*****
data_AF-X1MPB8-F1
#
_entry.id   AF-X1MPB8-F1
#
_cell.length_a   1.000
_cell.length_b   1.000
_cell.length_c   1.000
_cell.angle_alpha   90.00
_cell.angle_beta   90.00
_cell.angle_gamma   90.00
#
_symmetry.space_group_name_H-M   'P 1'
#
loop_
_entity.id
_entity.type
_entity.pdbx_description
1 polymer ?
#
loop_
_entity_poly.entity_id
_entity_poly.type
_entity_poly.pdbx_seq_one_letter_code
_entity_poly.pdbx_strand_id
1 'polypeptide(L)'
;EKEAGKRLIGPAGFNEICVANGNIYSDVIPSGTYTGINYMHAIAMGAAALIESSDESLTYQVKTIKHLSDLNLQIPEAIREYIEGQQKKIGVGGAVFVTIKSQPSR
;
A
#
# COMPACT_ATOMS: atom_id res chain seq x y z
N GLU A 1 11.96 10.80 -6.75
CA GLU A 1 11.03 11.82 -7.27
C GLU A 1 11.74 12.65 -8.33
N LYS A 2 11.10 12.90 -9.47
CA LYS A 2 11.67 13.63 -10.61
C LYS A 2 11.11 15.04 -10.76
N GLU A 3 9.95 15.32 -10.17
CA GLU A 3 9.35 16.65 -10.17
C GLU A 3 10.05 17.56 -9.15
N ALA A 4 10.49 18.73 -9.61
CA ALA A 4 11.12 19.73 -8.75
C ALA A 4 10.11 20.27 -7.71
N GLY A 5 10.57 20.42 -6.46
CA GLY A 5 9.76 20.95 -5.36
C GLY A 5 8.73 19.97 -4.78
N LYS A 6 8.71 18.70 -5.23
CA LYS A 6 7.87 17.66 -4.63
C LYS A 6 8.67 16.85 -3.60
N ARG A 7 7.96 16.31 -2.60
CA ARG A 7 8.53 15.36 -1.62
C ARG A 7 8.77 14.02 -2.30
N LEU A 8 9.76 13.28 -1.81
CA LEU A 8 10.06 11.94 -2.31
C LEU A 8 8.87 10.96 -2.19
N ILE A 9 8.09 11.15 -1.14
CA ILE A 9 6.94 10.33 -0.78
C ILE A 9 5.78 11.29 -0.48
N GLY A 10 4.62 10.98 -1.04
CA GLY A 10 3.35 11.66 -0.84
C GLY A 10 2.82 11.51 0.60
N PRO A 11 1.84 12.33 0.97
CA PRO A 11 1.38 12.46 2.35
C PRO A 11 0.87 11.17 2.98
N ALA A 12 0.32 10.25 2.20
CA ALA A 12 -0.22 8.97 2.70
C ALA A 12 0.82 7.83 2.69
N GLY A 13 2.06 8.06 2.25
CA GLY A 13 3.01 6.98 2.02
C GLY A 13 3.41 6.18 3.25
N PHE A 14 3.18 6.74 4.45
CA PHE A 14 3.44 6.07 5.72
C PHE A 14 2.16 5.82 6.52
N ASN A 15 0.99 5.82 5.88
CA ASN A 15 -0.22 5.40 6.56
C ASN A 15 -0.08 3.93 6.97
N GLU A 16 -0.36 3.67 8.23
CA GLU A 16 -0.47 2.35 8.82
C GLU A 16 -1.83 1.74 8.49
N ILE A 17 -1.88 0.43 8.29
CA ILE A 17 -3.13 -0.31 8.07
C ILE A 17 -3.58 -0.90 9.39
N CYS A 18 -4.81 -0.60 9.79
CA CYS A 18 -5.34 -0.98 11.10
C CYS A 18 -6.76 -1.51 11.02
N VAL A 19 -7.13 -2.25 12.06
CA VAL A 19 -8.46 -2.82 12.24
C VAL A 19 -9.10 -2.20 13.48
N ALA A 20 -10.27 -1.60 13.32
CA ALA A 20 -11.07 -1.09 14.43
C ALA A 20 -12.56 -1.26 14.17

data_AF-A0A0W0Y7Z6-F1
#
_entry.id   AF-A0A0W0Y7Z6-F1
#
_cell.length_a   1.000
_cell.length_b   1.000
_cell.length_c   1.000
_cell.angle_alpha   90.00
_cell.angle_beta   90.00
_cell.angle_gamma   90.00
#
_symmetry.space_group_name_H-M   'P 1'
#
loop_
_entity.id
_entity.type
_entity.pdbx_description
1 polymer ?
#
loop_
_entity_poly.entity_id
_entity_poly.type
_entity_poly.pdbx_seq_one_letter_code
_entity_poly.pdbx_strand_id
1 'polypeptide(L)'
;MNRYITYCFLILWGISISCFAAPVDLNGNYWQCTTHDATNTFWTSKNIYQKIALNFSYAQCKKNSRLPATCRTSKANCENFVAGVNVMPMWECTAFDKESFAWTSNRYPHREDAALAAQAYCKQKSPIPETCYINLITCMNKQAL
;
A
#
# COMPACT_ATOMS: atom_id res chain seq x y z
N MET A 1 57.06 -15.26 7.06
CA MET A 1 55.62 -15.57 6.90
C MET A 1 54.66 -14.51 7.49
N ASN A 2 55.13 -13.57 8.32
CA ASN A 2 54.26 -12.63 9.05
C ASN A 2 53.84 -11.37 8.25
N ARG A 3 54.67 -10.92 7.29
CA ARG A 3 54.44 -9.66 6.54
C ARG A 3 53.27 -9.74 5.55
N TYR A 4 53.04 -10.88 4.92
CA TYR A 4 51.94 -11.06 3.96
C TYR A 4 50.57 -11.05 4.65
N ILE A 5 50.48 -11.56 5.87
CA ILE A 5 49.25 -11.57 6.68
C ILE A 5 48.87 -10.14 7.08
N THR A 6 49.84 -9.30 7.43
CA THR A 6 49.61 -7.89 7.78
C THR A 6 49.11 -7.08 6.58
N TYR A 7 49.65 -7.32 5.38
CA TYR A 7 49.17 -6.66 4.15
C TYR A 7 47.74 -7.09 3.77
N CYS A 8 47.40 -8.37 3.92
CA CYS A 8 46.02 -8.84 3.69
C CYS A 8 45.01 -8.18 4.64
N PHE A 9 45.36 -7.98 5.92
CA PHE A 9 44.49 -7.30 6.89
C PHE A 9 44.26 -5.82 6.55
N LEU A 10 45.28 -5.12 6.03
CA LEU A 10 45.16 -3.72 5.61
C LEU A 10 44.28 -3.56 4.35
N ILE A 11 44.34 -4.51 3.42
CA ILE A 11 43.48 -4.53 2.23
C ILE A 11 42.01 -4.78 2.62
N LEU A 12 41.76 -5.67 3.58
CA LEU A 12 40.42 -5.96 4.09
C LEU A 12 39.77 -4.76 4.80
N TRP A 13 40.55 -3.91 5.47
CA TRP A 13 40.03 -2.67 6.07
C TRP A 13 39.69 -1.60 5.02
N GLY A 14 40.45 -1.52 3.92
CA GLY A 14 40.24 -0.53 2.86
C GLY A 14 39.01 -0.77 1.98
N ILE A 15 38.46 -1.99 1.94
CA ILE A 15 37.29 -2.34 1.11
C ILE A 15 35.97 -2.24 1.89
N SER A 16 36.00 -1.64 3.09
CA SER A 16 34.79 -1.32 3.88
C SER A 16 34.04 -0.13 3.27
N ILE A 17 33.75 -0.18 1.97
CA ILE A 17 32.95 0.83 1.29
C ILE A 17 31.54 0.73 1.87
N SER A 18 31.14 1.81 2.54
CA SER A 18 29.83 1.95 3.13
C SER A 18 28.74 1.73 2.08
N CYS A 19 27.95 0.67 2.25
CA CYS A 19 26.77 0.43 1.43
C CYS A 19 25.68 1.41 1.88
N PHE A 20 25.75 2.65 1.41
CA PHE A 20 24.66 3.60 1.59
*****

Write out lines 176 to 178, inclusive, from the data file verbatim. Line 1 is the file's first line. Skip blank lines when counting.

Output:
CA CYS A 19 26.77 0.43 1.43
C CYS A 19 25.68 1.41 1.88
N PHE A 20 25.75 2.65 1.41